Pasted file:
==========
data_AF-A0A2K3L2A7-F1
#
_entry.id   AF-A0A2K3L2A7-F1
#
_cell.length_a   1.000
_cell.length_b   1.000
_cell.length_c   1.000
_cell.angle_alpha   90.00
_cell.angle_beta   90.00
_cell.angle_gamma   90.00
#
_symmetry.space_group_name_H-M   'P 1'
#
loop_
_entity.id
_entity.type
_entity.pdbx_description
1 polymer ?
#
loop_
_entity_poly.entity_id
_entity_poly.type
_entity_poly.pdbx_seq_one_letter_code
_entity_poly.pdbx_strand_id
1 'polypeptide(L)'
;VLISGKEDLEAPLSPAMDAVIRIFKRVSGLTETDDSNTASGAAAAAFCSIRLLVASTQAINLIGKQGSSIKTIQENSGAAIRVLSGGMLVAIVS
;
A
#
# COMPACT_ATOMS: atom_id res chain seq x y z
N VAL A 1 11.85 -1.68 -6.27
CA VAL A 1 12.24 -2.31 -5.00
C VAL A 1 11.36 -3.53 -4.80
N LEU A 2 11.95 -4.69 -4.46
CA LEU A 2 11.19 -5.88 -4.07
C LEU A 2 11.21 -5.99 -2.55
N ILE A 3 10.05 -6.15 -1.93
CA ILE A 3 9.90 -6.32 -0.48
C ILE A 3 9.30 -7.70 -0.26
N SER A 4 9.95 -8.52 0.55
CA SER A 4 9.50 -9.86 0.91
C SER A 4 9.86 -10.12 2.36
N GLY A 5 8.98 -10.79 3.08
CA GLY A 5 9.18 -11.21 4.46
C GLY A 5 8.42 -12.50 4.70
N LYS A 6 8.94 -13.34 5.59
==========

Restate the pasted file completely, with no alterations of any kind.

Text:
data_AF-A0A2K3L2A7-F1
#
_entry.id   AF-A0A2K3L2A7-F1
#
_cell.length_a   1.000
_cell.length_b   1.000
_cell.length_c   1.000
_cell.angle_alpha   90.00
_cell.angle_beta   90.00
_cell.angle_gamma   90.00
#
_symmetry.space_group_name_H-M   'P 1'
#
loop_
_entity.id
_entity.type
_entity.pdbx_description
1 polymer ?
#
loop_
_entity_poly.entity_id
_entity_poly.type
_entity_poly.pdbx_seq_one_letter_code
_entity_poly.pdbx_strand_id
1 'polypeptide(L)'
;VLISGKEDLEAPLSPAMDAVIRIFKRVSGLTETDDSNTASGAAAAAFCSIRLLVASTQAINLIGKQGSSIKTIQENSGAAIRVLSGGMLVAIVS
;
A
#
# COMPACT_ATOMS: atom_id res chain seq x y z
N VAL A 1 11.85 -1.68 -6.27
CA VAL A 1 12.24 -2.31 -5.00
C VAL A 1 11.36 -3.53 -4.80
N LEU A 2 11.95 -4.69 -4.46
CA LEU A 2 11.19 -5.88 -4.07
C LEU A 2 11.21 -5.99 -2.55
N ILE A 3 10.05 -6.15 -1.93
CA ILE A 3 9.90 -6.32 -0.48
C ILE A 3 9.30 -7.70 -0.26
N SER A 4 9.95 -8.52 0.55
CA SER A 4 9.50 -9.86 0.91
C SER A 4 9.86 -10.12 2.36
N GLY A 5 8.98 -10.79 3.08
CA GLY A 5 9.18 -11.21 4.46
C GLY A 5 8.42 -12.50 4.70
N LYS A 6 8.94 -13.34 5.59